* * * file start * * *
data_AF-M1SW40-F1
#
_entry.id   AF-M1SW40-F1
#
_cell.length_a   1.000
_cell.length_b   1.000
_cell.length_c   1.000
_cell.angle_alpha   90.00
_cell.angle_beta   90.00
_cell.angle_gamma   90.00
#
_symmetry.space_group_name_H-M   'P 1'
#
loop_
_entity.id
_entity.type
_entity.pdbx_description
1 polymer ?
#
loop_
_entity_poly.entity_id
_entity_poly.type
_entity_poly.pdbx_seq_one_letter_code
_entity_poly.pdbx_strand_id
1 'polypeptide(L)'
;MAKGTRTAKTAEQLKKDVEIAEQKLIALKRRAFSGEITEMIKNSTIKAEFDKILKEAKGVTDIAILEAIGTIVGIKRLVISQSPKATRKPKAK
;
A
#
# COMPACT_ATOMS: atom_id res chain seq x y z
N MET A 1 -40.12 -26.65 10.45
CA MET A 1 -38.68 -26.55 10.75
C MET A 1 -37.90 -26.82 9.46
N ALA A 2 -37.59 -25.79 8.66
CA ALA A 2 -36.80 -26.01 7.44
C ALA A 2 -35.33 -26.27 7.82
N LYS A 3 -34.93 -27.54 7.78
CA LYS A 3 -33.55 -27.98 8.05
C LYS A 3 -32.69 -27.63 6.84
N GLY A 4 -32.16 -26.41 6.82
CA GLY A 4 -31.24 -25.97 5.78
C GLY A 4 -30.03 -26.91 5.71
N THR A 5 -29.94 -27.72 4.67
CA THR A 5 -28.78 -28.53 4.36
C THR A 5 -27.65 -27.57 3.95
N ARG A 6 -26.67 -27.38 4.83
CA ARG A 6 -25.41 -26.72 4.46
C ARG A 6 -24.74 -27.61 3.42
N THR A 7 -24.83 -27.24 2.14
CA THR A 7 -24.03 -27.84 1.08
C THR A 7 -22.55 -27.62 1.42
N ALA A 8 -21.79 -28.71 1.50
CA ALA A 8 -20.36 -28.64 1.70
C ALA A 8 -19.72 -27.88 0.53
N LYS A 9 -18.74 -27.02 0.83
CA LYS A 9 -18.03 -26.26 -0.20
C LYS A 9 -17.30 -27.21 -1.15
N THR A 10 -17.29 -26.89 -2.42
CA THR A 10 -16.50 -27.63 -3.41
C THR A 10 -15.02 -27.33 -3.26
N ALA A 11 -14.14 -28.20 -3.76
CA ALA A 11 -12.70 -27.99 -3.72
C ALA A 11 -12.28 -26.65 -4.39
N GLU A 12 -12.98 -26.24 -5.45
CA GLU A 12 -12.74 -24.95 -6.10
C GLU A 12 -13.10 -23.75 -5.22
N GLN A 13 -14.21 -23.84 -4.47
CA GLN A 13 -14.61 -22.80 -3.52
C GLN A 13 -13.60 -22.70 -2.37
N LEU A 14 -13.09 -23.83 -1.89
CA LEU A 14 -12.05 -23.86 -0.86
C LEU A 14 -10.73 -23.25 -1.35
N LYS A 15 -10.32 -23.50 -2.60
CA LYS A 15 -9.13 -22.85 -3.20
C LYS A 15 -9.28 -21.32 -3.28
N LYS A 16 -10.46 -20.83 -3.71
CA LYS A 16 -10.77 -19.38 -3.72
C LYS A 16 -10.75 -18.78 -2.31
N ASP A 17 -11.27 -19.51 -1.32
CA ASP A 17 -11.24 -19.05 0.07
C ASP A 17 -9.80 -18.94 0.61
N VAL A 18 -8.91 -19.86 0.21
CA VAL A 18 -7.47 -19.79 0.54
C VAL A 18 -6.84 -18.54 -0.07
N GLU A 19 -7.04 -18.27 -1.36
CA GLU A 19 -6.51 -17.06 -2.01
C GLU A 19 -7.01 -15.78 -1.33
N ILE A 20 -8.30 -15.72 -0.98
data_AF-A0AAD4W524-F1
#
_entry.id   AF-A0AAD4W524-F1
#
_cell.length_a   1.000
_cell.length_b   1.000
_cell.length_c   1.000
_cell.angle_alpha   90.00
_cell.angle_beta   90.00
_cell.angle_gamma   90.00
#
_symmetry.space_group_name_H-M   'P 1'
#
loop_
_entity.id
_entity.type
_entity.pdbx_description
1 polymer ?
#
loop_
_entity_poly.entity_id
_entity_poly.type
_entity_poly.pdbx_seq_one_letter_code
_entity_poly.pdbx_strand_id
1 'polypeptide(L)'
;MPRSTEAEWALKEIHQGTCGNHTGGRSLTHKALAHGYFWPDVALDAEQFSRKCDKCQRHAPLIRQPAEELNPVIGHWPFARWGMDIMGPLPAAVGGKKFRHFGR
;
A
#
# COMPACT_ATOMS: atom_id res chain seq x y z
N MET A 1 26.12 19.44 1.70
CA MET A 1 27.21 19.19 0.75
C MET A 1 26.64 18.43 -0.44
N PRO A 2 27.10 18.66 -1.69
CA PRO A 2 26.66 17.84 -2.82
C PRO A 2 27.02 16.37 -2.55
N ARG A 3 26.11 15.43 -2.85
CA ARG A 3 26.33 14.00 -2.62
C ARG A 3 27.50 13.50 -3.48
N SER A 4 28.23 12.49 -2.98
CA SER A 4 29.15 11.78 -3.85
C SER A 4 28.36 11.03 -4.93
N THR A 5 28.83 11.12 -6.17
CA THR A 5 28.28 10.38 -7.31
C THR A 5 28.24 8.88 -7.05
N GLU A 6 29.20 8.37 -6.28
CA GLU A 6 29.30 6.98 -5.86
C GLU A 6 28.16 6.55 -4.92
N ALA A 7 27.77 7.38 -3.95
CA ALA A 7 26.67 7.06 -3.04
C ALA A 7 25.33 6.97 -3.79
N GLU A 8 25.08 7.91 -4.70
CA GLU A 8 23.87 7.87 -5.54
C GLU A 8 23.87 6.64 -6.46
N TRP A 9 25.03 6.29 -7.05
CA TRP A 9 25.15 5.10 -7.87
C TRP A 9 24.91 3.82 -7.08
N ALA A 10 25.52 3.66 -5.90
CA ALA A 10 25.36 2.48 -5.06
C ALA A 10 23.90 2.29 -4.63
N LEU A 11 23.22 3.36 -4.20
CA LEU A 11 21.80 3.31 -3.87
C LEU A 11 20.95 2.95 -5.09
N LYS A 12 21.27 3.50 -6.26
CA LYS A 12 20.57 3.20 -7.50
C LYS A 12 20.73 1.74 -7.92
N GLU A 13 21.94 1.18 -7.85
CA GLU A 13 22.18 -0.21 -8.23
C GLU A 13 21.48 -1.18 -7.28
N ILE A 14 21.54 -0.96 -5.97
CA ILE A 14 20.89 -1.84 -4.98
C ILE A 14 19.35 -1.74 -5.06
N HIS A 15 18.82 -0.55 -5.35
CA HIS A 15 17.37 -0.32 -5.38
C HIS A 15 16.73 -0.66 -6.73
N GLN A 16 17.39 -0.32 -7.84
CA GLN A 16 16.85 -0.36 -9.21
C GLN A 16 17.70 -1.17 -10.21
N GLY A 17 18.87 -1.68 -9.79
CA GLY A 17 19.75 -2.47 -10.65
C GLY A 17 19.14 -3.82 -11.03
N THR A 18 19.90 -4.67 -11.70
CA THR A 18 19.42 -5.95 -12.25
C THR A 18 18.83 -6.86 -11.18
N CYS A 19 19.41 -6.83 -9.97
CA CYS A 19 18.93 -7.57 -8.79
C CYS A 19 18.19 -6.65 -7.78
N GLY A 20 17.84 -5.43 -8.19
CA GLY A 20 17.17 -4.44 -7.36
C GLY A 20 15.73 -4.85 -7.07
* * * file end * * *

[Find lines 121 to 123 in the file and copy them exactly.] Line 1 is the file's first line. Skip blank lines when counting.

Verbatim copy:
C MET A 1 26.64 18.43 -0.44
N PRO A 2 27.10 18.66 -1.69
CA PRO A 2 26.66 17.84 -2.82